WikiLeaks is at it again. The transparency-touting organization has announced that it will soon reveal the name of a country that the NSA records every single phone call in, despite warnings that it could lead to innocent deaths.

The move comes amidst a spat between WikiLeaks head honcho Julian Assange and journalist Glenn Greenwald, editor of First Look's The Intercept and voice of the Edward Snowden leaks. The Intercept recently published a story divulging NSA habits that include recording every phone call in the Bahamas as part of a top-secret program named SOMALGET. The revelations are based off documents from Snowden.

The same Intercept report also shows that the NSA records full audio from one (as-of-yet) unnamed country and metadata from Mexico, Kenya, and the Philippines. Soon after publication, the WikiLeaks Twitter account, believed to be run by Assange, lashed out at the censorship.

Of course, when it comes to national security matters, the need to publish needs to outweigh any potential deadly reprecussions. Greenwald answered on Twitter, saying that "there was a very convincing probability in that 5th country for how innocent people would die which we all accepted."

What resulted is a very public spat on Twitter, with Assange accusing Greenwald of beating around the bush (even comparing him to the Bush administration) and Greenwald explaining the necessity to keep innocent people out of the line of fire.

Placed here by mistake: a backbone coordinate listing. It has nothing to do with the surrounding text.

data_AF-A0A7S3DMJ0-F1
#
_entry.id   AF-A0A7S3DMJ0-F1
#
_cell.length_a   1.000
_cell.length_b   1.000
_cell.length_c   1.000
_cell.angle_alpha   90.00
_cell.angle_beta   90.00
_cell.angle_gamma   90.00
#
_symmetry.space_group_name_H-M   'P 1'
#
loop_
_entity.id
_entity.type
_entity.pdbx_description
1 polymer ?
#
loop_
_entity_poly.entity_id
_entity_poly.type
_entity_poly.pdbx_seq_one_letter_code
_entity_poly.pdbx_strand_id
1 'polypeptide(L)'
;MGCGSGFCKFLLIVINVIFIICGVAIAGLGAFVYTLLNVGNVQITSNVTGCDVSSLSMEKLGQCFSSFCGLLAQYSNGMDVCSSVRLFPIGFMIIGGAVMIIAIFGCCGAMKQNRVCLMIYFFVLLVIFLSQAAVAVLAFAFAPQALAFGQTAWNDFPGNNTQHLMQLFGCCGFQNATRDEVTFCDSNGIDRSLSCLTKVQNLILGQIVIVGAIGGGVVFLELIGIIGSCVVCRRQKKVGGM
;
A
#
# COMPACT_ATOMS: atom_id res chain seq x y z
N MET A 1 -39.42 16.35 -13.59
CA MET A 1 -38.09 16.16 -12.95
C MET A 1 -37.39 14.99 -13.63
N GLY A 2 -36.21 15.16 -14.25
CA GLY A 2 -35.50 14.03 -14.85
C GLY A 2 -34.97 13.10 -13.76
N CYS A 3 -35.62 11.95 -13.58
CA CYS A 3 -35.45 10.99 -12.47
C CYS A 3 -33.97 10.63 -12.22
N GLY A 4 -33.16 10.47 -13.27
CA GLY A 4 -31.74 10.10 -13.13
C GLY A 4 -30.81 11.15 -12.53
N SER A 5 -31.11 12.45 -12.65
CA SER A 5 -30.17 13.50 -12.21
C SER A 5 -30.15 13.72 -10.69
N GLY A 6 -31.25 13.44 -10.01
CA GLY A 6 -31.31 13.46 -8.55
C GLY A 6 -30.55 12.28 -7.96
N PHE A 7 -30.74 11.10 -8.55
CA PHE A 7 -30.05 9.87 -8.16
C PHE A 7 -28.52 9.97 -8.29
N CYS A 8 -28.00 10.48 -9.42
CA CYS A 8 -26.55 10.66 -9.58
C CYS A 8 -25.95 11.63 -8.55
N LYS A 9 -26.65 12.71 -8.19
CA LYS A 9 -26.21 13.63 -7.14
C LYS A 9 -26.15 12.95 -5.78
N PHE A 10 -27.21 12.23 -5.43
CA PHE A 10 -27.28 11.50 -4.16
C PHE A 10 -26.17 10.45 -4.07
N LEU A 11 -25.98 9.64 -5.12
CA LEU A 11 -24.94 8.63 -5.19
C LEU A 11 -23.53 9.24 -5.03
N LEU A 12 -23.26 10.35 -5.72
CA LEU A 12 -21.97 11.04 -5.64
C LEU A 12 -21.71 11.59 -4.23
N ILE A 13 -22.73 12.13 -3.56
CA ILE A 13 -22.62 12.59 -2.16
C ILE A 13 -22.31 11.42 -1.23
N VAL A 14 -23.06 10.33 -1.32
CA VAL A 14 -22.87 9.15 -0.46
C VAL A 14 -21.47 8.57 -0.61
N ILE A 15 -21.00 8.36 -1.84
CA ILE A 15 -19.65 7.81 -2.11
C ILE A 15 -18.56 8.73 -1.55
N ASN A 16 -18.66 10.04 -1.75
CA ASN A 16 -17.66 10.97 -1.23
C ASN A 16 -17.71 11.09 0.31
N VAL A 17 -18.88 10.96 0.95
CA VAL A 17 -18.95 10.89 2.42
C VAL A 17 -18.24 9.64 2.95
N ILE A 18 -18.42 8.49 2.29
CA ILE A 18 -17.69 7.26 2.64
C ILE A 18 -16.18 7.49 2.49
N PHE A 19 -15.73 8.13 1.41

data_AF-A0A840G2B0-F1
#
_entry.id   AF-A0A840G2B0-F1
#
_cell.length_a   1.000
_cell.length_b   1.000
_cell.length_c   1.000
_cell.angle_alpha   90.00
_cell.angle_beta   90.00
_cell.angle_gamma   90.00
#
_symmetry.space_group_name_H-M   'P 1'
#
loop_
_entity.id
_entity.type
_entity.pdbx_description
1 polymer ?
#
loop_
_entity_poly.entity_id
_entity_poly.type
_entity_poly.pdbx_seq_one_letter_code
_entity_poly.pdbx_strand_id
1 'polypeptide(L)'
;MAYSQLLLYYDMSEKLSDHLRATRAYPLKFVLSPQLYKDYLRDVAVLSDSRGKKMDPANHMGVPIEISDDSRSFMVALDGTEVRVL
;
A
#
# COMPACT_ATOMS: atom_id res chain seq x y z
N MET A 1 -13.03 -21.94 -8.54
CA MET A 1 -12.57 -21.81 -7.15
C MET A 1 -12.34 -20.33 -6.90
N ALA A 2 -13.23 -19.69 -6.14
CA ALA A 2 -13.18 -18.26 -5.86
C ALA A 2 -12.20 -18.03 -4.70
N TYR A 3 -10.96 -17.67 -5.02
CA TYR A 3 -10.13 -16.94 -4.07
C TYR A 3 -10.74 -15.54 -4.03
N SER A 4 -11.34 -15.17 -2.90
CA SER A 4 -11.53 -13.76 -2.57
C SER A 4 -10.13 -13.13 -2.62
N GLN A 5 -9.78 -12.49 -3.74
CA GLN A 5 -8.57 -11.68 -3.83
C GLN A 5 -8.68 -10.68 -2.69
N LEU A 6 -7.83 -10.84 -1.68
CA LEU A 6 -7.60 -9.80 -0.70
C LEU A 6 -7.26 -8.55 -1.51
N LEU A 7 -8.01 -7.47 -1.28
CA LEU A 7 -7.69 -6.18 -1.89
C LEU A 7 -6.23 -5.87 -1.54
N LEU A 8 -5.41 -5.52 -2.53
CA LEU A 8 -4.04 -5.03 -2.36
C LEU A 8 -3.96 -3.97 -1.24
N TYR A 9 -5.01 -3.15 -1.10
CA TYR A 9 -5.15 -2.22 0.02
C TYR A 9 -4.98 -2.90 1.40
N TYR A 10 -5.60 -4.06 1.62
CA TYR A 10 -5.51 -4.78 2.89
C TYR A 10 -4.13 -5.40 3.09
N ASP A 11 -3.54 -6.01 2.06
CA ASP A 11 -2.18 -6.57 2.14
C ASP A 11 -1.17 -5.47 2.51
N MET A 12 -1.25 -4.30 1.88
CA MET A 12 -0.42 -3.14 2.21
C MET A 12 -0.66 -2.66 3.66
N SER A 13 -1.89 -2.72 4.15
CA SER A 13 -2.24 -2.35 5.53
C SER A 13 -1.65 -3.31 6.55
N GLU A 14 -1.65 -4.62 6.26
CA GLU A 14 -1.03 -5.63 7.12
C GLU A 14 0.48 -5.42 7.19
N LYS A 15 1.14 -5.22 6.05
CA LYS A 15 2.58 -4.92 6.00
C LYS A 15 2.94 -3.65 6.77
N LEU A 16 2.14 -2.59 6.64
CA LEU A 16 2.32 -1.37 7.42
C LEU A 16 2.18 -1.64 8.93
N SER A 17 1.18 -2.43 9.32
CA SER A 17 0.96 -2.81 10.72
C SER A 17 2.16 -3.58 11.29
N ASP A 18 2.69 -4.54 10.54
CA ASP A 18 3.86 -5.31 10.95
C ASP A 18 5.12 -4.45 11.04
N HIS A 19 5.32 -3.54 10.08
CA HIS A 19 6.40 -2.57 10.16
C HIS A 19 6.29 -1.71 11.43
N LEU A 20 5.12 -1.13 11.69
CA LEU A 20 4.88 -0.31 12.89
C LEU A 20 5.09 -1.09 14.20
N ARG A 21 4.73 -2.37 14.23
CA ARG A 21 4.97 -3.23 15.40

WikiLeaks has not yet retracted its decision to announce the fifth country soon.

"The fact that the U.S. government works with other nations, under specific and regulated conditions, mutually strengthens the security of all," the NSA said in a statement to TIME. "The Agency collects data to meet specific security and intelligence requirements such as counterintelligence, counterterrorism, counterproliferation, cyber security, force protection for U.S. troops and allies, and combating transnational crime."

SOMALGET is part of a broader NSA program called MYSTIC and can "vacuum up and store the actual content of every conversation in an entire country." The value in storing dialogue, despite the privacy implications, lies in the fact that the NSA then does not have to act on real-time metadata to make a decision. If something pops up later, or makes a convincing case down the line, the agency can then go back and confirm through their archives and build a case.

"[W]e buffer certain calls that MAY be of foreign intelligence value for a sufficient period to permit a well-informed decision on whether to retrieve and return specific audio content," said an NSA official in a 2012 memo.

Assange is currently under investigation by United States officials.

What do you think? Should WikiLeaks reveal the unnamed country despite warnings from Greenwald that innocent people could die? Let us know in the comments section below.

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